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To slow-kill a community

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October 4, 2018
By Troy Harris , Toledo Chronicle, Tama News-Herald

Once a hamlet of beauty, Tama-Toledo is quiet now with worn, tired storefronts of tattered buildings and countless signs of decay. One can quickly sense the death-like smell, pungent from decades of economic decline to its current impoverished state. But who cares...they roll up the streets at 5:00 PM. Folks either are off to Marshalltown for amusement or are nestled in for the night. But for the record, this did not happen overnight nor was it an accident.

Over a period of a century we witnessed the slow death of a community. With the dismissal of Leander Clark College in 1918, brought the first real blow. Its replacement, the Iowa State Juvenile Home (now closed) waned pale in attracting the same quality of education base in its day.

As decades passed we saw the elimination of rail service, manufacturers, reduction in retail stores, and closure (merger) of churches, schools, funeral homes and a former motel that is an eye sore to the community. Store fronts were not maintained and now are empty and desolate. People started shopping outside our community for what they needed.

As of late we have witnessed a planned manipulated and under-handed closure of a community building, forcing s some seniors to travel much further for a hot meal and kicking businesses out in the name of economic development. What a shameful joke. We have also seen our water bills go out of the roof, with the explanation of paying for a new water/sewer plant. I got news for you, folks. Water bills will not come down, after the treatment plant is paid for.It is only a fast tax grab by our city. I also got more news. Though I value the fine arts, a new renovated theater will not add one iota to our downtown. The storefronts will continue to be in ill repair and the downtown will still be dead on arrival. A compromised rehabilitation of the community building as an events center would have been a better use of resources and healing for the community at large. Many small towns would love to have such an enriching resource and being landlocked is not justification to a bullied agenda. A community wide vote would have been more appropriate.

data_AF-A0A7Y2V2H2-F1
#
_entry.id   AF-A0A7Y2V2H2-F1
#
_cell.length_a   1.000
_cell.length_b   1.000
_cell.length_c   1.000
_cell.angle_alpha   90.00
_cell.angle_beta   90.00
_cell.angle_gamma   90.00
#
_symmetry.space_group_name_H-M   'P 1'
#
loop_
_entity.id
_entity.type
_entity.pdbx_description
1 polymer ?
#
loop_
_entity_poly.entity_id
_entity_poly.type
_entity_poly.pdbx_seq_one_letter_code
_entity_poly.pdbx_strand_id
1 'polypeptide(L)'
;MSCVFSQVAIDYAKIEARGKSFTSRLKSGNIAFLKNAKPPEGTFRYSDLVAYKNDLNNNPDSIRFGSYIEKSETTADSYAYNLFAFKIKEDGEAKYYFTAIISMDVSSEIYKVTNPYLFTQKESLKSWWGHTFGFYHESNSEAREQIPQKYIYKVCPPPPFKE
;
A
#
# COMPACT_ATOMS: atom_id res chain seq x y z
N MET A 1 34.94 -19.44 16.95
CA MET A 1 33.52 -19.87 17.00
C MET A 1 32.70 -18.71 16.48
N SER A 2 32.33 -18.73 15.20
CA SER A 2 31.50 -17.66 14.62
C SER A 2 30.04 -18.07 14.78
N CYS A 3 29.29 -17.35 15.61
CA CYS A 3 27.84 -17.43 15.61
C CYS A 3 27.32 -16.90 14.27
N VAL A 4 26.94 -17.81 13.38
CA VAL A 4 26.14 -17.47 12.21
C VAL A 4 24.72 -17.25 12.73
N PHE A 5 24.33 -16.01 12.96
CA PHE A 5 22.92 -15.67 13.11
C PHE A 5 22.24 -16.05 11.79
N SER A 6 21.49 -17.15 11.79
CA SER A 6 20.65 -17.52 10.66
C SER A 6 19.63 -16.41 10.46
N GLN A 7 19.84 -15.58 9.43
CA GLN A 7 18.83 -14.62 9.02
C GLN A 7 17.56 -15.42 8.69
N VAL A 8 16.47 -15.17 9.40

No folks, these is all symptoms to a larger problem or problems. We have a community whose leaders are unwilling to improve or even save our town. Forget about attracting new prospective businesses with economic development. Money was never spent to maintain these structures. Also current local business are afraid to make waves as the status quo is acceptable. People are too drugged out on political correctness and apathy. In the meantime our local governments are being monopolized by a select few who care less what the people want or need. This tyranny is seen in our water bills and our impoverished community, as agendas and quiet permanent taxes are forced against the public's will.

Perhaps the status quo is acceptable for an apathetic sold out people but I find it unacceptable. What happened to respect for others by truly listening to your voter base, or pride to make your community a better place? The decision to raze the community building would never have passed, had it been left up to the taxpaying voter base. Razing is only another nail in the coffin.

A trusted friend once said how Tama-Toledo is nothing more than a mere bedroom community for Marshalltown. I am afraid he was right. Rolling up the streets at 5:00 PM and closing community structures is not the answer...unless of course you want to slow kill a community.

-Troy Harris

Taxpayer of Toledo



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